Legal Law

Ant, bruised

The current record holder for the world’s largest IPO had a pretty bad day. The company that was striving for his crown had a worse one. Much, much worse.

The Shanghai Stock Exchange has suspended the IPO of the Ant Group, the spin-off from the internet finance company of the Chinese e-commerce giant Alibaba. This was an extraordinary twist on what is expected to be the biggest stock sale in history.

A meeting convened by four financial regulators on Monday changed that. People’s Bank of China, China Banking and Insurance Commission, China Securities Commission, and the State Foreign Exchange Administration announced late that day that they had called Mr. Ma, Ant’s CEO Eric Jing, and its chief executive Simon Hu to a meeting without To provide information.

Ant said Monday that the meeting “exchanged views on the health and stability of the financial sector,” and that it would include regulation and service to China’s economy and its citizens.

It seems that Jack Ma – no stranger to record-breaking IPOs – is growing a little too big for his British for Xi Jinping.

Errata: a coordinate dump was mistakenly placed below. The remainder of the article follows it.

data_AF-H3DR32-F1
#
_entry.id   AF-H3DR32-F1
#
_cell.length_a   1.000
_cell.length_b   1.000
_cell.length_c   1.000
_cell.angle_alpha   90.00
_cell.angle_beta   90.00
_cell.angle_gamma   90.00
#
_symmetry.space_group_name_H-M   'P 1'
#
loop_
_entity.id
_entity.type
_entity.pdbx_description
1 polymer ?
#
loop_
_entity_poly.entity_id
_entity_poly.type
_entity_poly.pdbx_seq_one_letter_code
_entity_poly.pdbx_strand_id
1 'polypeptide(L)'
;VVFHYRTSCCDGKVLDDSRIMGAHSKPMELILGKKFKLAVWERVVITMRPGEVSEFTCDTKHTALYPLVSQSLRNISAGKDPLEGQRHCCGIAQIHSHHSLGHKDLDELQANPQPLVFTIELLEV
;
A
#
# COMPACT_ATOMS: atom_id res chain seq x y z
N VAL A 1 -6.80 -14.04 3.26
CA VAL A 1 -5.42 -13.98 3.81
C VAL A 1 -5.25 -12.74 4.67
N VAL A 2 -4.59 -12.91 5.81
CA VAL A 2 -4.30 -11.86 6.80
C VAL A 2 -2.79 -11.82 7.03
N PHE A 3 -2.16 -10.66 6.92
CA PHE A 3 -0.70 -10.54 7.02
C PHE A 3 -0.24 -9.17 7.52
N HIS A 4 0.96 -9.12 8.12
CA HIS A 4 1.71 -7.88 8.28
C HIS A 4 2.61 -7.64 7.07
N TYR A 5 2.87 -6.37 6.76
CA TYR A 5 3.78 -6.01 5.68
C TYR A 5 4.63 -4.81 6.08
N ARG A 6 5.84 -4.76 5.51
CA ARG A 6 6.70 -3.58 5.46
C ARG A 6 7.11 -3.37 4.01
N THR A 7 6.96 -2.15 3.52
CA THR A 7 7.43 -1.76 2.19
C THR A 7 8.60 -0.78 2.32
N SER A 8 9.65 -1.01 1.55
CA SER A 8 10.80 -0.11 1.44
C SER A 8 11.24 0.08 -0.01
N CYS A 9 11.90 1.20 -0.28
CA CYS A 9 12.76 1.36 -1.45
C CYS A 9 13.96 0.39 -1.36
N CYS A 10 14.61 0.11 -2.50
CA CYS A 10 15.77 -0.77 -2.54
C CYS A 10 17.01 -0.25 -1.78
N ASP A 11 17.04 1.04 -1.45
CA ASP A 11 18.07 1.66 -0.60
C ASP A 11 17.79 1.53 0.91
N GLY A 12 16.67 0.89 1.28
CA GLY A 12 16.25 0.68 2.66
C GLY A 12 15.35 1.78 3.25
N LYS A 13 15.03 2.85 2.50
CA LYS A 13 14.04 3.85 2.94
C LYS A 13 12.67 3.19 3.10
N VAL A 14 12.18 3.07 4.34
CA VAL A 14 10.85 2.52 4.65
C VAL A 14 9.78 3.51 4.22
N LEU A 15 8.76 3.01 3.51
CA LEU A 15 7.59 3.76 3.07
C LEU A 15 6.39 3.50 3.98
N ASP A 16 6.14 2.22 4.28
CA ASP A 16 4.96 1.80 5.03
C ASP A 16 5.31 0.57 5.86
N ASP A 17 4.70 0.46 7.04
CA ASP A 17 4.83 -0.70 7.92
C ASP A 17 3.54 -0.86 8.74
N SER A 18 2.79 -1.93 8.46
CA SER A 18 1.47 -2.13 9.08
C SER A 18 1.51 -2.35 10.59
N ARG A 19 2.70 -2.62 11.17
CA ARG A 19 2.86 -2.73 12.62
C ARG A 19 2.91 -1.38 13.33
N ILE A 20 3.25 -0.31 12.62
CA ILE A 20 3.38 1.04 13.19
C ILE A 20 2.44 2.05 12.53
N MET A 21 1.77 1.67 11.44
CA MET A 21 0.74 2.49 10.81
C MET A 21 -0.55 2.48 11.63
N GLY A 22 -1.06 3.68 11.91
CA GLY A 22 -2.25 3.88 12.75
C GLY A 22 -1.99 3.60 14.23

Mr Ma did not ingratiate himself with the authorities when he said in a recent speech in Shanghai that financial regulators’ excessive focus on risk mitigation could stifle innovation.

The head of consumer protection at China’s banking regulator Guo Wuping hit back on Monday and named two popular features in Alipay in a harshly critical article in the 21st Century Business Herald, a state newspaper.

China stops Ant Group’s blockbuster IPO [NYT]Ant’s record IPO suspended on Shanghai and Hong Kong stock exchanges [WSJ]Aramco sticks to dividend of 18.75 billion US dollars despite a sharp drop in profits [WSJ]

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